We are again hearing of the ‘humanitarian’ case for war. Yes the innocent will be protected. Our intentions are honourable. No, we are not after resources or power for our own benefit. Our fighters are compassionate. Gaddafi is a monster using his own people as human shields. All so familiar. It’s the subtle softening up of public opinion, harnessing the excitement of conflict and exploiting the concerns of decent people while intensifying their sense of loyalty to region, nation and their local military forces.

Witness some recent local coverage: Bombers from RAF Marham, we were told (EDP 22 March), declined to release bombs in a raid on Libya because they were somehow informed at the last moment of ‘a number of civilians within the intended target area’. A senior military figure is quoted saying: ‘We don’t want to fall into the propaganda trap that Mr Gaddafi is obviously trying to set us’. Explaining the pressures of quick decisions to avoid innocent victims, a pilot added: ‘Your whole career can be on the line in those 30 seconds’. Well we certainly don’t want to damage anybody’s career, do we.

I don’t doubt the honest wish of the pilot to avoid civilians (though some of his US peers in Iraq enjoyed their ‘turkey shoots’ immensely). But as for the claimed humanitarian intentions of the politicians, I don’t believe a word of it. If humanitarianism is the aim of these militarised democracies, why did they perpetrate the atrocity of Iraq? Why are drones still destroying wedding parties in Afghanistan? Why were the abuses of favoured dictators indulged for so long – and even now? Why have they tolerated decades of Israel’s impoverishing occupation of Palestinian land? Why no NATO or UN No Fly Zone over the West Bank? Why is there no selective targeting of the Saudi tanks helping to put down democratic demands in Bahrain?

The examples of double standards, hypocrisy and damned lies are just too many.

Now we watch again the ‘mission creep’ as aims shift from the protection of civilians to regime change. And as NATO, with only a Qatar fig leaf, tells us No Fly Zone means arming of the rebels. William Hague adds another aim: the people of Libya ‘want access to free markets’, he says. Has that become a prerequisite for supporting rebels, one wonders? But don’t worry, Qatar is currently managing the oil interests of East Libya, on behalf of the people. At least it’s not the US, where post-war oil concessions in Iraq bring the words fox and hen-house to mind.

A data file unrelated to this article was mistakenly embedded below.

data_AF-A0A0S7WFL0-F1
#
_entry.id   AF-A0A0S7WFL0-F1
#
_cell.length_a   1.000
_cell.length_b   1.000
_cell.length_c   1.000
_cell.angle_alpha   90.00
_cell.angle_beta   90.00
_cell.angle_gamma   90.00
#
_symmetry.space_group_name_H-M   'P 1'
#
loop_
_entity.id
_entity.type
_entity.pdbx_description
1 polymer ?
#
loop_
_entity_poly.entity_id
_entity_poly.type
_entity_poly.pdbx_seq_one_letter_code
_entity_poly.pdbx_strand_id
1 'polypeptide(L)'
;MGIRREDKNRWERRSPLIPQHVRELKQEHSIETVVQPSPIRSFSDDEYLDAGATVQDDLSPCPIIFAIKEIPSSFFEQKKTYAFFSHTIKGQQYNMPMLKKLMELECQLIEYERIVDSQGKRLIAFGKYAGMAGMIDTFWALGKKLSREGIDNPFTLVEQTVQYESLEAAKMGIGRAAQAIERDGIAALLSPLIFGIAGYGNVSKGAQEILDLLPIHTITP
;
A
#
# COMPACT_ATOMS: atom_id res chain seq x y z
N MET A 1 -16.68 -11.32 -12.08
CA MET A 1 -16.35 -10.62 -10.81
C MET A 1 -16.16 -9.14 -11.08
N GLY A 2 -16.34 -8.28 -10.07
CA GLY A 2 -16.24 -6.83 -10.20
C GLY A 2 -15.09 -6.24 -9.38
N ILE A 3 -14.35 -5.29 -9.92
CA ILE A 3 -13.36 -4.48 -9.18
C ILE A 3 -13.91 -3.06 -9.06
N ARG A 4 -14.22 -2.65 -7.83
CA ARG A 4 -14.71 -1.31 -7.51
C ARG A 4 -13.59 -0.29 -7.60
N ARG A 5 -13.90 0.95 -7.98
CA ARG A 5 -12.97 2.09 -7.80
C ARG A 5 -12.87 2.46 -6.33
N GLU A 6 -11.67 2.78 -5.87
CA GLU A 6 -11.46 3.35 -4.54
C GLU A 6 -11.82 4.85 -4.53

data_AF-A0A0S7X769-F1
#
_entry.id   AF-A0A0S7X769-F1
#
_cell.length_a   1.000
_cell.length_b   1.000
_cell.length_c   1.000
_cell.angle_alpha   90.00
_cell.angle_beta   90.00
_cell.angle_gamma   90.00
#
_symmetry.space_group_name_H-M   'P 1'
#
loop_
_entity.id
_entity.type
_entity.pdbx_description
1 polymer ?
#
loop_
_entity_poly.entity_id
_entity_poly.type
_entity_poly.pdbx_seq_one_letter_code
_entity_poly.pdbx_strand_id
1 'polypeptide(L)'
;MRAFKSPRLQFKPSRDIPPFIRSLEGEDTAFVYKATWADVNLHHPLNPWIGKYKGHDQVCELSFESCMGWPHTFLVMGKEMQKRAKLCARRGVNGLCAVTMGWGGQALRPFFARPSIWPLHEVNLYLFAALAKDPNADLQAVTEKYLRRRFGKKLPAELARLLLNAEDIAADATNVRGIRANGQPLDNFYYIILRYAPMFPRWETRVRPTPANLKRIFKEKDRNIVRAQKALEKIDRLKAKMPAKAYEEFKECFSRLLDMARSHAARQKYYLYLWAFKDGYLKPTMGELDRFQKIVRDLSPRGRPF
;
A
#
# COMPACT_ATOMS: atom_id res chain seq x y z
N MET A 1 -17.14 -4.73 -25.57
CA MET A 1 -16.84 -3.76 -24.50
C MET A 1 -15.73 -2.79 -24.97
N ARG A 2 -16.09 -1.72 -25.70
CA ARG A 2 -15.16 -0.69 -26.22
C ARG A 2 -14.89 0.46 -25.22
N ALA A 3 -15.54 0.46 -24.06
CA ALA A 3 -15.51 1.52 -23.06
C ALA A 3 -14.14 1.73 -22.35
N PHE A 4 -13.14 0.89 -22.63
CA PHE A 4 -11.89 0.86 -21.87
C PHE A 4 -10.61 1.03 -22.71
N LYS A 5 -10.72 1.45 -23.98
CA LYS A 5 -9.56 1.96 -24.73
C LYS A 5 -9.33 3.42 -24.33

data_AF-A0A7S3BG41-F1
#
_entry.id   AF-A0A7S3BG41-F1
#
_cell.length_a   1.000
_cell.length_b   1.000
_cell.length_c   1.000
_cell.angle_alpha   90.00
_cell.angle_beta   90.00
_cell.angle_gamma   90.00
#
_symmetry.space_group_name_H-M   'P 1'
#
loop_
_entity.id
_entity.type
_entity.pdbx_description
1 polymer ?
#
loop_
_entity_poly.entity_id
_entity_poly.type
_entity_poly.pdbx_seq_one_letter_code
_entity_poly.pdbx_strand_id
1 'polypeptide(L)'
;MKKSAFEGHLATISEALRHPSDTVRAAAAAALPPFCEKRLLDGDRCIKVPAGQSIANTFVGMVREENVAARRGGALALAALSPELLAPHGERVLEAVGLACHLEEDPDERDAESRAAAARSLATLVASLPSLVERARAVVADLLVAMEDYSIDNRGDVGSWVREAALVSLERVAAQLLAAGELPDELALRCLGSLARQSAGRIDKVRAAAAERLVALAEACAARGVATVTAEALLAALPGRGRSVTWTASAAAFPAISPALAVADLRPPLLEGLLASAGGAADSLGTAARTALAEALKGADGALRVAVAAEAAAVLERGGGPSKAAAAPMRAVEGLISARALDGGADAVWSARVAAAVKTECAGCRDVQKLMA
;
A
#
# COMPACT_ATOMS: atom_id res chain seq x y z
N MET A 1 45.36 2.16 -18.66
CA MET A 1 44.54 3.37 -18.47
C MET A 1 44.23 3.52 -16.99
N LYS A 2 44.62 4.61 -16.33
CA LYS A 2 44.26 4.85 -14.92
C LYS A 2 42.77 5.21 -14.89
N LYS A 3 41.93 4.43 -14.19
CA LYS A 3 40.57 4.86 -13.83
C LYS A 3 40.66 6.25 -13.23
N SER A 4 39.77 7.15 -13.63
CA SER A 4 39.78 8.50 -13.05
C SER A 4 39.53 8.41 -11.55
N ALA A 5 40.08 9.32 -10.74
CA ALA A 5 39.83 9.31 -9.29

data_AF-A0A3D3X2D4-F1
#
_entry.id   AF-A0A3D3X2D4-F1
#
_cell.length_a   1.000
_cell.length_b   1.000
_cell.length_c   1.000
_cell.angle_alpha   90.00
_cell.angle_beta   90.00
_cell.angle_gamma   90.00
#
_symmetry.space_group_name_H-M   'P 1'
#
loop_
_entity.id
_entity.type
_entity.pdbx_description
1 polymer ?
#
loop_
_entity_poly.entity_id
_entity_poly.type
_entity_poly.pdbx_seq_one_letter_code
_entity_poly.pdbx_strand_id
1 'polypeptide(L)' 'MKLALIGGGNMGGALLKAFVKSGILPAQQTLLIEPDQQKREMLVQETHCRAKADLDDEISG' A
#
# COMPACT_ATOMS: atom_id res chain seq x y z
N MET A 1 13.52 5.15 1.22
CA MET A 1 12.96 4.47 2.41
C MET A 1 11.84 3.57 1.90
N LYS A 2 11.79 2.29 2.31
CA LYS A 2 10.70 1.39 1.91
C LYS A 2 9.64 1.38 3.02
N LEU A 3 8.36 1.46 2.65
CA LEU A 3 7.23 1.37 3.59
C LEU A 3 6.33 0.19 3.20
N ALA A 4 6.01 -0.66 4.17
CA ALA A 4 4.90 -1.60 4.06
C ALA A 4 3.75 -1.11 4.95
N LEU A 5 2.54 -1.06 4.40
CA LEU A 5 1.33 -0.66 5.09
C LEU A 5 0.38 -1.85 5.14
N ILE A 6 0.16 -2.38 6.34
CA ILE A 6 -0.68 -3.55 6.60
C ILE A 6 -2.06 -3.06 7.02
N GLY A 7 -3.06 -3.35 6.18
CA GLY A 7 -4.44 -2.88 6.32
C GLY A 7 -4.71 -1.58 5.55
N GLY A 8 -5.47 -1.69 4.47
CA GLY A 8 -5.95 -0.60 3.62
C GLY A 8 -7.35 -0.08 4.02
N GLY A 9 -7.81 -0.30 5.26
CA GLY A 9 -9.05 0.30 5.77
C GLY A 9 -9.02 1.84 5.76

No, we don’t want to fall into propaganda traps that Mr Gaddafi is obviously trying to set us. Or anybody else’s traps.

We are told the imperial powers – declined and declining- fear Gaddafi may slaughter the Libyan rebels. But why did air raids begin on Libya just before an African Union delegation was set to arrive, seeking a ceasefire and negotiated settlement? Could it be that the West fears even more the idea that rebels in Libya, Egypt, Bahrain, Saudi Arabia and elsewhere might actually eventually succeed without western support? This would deny the West the opportunity to impose its now familiar Shock Doctrine of economic and institutional rebuilding, which guarantees the safe and profitable incorporation of liberated territories into the western orbit.